Most of us are familiar with the silky soft, fresh smelling, good old baby powder that mothers have been dusting their babies with since the dawn of time. Once a very common household staple, baby powder still holds its very own spot on many changing tables these days.
You might have one, too.
Have you ever read the label on your baby powder container?
If it says TALC, you should probably ditch it.
WHAT’S WRONG WITH TALC?
Due to its very fine particles, talc can cause breathing issues, lung damage, or even death when inhaled. Even the American Academy of Pediatrics now advises against using talc-based baby powder.
But that’s not all.
Fears have grown over whether talcum powder could be carcinogenic.
Earlier this month, Johnson & Johnson has been hit yet again when the company was ordered to pay a substantial amount of money to a 62-year-old woman from Virginia for allegedly failing to disclose the cancer risk associated with its talc-containing products. The jury found Johnson & Johnson liable for fraud, negligence, and conspiracy.
Does that mean that talc-containing products cause cancer?
I mean, maybe.
The evidence isn’t clear.
Some talc in its natural form contains asbestos which is known to cause cancer if inhaled, but this type of talk has not been used since the 1970s. However, the American Cancer Society admits that the evidence of carcinogenicity of asbestos-free talk is “less than clear.” Some animal studies have shown that talc can cause tumors, but others have not.
TALC ISN’T THE ONLY PROBLEMATIC INGREDIENT IN BABY POWDER THOUGH.
Since the news about dangers of talc-containing products first came out, some manufacturers have decided to replace talc with corn starch.
If you pay attention to labels though, you may notice that there is often yet another ingredient in baby powders to worry about – fragrance (a worrisome synthetic blend of chemicals).
You CAN find more natural versions of baby powder out there. But you know what? You don’t really have to. You can use a baby powder substitute that you may already have at home. That’s right!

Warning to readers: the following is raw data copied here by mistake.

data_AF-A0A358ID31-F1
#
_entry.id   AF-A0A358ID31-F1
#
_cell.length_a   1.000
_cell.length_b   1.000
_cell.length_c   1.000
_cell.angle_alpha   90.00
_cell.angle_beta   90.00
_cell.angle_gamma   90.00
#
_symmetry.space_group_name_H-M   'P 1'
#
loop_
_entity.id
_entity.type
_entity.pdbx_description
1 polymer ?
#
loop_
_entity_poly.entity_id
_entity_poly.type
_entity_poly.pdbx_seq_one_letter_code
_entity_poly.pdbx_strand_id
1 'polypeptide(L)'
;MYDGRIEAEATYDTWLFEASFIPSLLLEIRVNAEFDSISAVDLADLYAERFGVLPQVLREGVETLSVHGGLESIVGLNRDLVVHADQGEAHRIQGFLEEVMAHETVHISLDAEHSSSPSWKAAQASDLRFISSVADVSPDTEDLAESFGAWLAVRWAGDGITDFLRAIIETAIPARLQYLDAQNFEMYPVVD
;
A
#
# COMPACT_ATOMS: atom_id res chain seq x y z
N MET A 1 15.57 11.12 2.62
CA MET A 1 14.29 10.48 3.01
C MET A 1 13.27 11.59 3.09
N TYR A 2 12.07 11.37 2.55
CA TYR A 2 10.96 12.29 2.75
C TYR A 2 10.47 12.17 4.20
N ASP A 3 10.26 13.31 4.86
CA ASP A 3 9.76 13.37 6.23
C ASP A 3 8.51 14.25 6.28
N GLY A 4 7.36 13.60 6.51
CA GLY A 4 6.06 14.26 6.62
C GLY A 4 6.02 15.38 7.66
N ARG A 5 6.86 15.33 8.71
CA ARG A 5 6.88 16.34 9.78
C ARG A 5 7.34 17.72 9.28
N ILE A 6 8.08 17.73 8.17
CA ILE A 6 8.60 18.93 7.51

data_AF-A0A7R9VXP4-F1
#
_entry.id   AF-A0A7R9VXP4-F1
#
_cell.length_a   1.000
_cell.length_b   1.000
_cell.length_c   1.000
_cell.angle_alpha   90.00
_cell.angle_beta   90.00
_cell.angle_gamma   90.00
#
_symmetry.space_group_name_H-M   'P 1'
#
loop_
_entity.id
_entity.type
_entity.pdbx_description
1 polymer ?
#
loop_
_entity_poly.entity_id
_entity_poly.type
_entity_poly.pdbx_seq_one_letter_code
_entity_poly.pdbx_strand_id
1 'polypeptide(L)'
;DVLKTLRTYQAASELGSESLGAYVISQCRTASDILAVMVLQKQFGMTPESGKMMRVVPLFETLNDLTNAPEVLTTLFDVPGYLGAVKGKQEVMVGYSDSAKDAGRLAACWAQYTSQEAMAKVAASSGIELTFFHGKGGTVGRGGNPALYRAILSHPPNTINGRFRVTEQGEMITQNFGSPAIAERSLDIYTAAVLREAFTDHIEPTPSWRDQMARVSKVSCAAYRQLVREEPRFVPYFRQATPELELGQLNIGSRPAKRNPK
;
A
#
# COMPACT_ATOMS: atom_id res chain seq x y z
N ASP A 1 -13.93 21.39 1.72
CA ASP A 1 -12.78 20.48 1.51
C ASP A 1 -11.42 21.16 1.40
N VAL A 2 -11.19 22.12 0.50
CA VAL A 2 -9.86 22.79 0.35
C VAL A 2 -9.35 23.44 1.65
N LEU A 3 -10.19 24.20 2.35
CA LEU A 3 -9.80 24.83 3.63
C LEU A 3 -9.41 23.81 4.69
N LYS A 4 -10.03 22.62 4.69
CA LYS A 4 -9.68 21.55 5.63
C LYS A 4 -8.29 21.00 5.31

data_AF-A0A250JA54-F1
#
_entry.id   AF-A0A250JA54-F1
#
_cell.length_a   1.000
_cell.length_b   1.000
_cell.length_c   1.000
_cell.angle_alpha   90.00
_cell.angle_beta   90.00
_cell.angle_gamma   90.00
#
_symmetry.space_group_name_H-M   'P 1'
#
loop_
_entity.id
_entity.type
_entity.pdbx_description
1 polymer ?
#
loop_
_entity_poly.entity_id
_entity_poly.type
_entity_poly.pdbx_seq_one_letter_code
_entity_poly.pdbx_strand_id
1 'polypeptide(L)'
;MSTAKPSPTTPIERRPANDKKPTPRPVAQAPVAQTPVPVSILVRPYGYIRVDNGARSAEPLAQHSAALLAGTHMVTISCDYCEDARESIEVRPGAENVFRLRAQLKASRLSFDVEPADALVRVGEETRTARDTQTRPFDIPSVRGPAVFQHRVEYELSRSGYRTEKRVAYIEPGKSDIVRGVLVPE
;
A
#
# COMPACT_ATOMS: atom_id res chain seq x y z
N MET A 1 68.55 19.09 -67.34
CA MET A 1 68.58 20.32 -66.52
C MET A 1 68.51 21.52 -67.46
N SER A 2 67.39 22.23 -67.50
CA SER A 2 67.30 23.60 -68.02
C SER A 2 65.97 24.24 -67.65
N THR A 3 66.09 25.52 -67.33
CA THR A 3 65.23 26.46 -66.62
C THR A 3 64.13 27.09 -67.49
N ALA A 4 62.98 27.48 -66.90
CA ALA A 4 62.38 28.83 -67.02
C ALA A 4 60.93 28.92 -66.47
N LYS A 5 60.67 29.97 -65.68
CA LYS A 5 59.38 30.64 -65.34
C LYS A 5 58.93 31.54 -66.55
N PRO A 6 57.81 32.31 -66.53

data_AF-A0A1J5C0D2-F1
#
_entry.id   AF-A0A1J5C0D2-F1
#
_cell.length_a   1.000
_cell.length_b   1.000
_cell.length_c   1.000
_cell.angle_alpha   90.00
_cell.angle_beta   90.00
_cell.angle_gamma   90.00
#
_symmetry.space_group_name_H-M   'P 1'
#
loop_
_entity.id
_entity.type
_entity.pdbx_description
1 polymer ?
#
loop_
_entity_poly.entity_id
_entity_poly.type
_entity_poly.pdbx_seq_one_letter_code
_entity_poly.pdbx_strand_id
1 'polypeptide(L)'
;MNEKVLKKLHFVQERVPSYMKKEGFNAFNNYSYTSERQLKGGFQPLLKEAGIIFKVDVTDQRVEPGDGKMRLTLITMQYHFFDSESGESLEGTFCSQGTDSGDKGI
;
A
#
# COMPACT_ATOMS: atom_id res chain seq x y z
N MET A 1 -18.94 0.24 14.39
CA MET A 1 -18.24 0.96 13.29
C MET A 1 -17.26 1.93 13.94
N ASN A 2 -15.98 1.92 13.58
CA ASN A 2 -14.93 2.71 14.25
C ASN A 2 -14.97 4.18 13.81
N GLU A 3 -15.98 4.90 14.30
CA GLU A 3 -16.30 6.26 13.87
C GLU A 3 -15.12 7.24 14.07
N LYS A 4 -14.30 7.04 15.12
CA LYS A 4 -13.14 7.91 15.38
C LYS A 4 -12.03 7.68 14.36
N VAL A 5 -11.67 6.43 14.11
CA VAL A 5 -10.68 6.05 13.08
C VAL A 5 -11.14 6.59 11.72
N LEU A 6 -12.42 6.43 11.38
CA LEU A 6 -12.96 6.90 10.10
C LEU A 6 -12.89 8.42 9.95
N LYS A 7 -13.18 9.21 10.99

THERE IS A VERY SIMPLE ALTERNATIVE TO BABY POWDER.
Look, I’m positive that there is a whole bunch of natural baby powder recipes floating on Pinterest. And I’m sure they work, too, and smell like a lavish lavender field or baby cuteness with a drop of morning dew. If you want to make homemade baby powder, more power to you!
If you feel a little, well, lazy, the following single ingredient baby powder substitute involves no measuring or mixing. Just sayin’.
Simple enough, right?
It works, too, and feels no different from baby powder.
If you can, I’d suggest using organic corn starch, but conventional will do the job just fine.
In case you don’t have corn starch at home, you can find it at the baking section of your grocery store.
Any type of powder is starting to get frowned upon these days by the medical community, but corn starch powder isn’t as concerning as talc because its particles are larger and less airborne.
IMPORTANT: Corn starch may make diaper rash caused by a fungal (yeast) infection worse as it can promote bacterial and fungal growth – something to keep in mind.
APPLY ANY KIND OF POWDER CAREFULLY…
You may have vivid memories of babies and moms appearing out of white clouds of this powdery goodness like I do. Times have changed though, and creating a powder mushroom cloud is now a big no-no.
Don’t shake any type of powder directly on the skin. Carefully sprinkle a small amount in your hand, and apply gently where needed. ALWAYS keep powders away from kids.